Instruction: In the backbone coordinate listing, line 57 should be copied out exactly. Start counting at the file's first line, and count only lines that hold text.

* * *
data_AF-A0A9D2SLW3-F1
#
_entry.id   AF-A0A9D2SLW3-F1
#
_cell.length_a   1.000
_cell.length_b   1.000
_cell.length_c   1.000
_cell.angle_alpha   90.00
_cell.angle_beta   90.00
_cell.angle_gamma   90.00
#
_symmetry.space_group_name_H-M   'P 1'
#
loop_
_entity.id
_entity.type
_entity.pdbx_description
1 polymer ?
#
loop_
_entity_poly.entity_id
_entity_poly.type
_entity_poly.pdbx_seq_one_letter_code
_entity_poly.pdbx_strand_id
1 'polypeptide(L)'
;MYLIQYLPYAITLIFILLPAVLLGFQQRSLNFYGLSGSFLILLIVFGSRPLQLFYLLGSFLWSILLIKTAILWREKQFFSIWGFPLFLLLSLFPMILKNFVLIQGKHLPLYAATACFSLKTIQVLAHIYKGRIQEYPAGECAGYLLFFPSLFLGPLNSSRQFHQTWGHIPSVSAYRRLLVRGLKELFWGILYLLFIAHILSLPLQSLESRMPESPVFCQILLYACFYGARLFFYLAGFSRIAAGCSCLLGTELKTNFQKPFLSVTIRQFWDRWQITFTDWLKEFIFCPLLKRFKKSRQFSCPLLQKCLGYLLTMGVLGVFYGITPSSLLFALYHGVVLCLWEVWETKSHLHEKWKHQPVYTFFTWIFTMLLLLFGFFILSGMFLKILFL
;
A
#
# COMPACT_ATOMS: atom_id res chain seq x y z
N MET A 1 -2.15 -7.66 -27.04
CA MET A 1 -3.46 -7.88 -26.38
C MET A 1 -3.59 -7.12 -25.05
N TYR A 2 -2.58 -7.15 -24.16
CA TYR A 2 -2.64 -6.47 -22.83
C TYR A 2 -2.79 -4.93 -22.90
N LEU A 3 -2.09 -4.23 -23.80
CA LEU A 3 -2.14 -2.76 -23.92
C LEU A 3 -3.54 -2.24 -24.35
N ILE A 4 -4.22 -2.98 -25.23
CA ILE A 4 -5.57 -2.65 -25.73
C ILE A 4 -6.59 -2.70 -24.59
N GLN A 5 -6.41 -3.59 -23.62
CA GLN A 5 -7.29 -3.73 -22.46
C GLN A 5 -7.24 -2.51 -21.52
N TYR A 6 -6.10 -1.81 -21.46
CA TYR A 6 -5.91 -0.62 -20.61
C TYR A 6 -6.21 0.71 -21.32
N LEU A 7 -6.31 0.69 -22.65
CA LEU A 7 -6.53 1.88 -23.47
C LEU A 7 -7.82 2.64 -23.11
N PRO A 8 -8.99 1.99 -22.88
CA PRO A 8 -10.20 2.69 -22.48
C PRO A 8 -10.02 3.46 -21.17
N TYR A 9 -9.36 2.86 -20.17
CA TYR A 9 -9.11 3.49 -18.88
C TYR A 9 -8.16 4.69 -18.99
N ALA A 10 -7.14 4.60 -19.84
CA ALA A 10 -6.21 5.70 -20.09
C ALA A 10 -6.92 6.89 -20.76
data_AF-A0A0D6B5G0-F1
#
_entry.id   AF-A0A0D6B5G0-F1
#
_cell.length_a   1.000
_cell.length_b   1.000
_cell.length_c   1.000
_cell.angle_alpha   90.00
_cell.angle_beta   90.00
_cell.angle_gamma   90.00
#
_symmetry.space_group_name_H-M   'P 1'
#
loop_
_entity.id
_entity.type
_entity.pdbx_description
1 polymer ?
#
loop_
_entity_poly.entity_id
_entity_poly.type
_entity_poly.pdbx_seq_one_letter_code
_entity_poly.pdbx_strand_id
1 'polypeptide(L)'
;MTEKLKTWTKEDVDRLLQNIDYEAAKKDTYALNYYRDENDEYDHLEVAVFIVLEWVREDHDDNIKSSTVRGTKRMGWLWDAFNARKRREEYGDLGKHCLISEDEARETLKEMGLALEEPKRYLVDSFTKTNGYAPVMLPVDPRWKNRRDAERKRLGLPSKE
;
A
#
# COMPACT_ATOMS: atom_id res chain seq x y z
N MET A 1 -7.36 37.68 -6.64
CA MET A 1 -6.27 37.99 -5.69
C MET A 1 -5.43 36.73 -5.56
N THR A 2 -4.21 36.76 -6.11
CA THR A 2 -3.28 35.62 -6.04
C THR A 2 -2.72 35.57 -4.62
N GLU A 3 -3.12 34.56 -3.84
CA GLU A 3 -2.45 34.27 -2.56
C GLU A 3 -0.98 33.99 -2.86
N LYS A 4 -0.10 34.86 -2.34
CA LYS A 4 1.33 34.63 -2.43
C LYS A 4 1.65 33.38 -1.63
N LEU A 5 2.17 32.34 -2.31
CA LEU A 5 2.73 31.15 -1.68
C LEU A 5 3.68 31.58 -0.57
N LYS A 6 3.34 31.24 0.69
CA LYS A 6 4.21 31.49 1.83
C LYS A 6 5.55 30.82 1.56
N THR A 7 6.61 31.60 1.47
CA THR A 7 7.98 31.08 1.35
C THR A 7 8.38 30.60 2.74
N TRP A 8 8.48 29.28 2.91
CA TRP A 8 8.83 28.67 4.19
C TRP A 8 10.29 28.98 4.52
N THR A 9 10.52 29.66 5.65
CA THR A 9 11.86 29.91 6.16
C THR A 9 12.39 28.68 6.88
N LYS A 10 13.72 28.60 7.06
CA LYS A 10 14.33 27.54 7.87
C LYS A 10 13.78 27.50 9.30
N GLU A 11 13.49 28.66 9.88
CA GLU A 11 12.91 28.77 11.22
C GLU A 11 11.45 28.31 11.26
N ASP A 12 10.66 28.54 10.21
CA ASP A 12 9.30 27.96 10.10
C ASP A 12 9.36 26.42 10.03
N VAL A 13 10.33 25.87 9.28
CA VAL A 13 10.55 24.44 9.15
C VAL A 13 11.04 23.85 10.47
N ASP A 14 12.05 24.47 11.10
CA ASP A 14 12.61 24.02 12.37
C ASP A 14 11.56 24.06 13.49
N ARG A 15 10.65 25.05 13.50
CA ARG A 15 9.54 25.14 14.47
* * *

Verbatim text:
C TYR A 9 -8.16 4.69 -18.99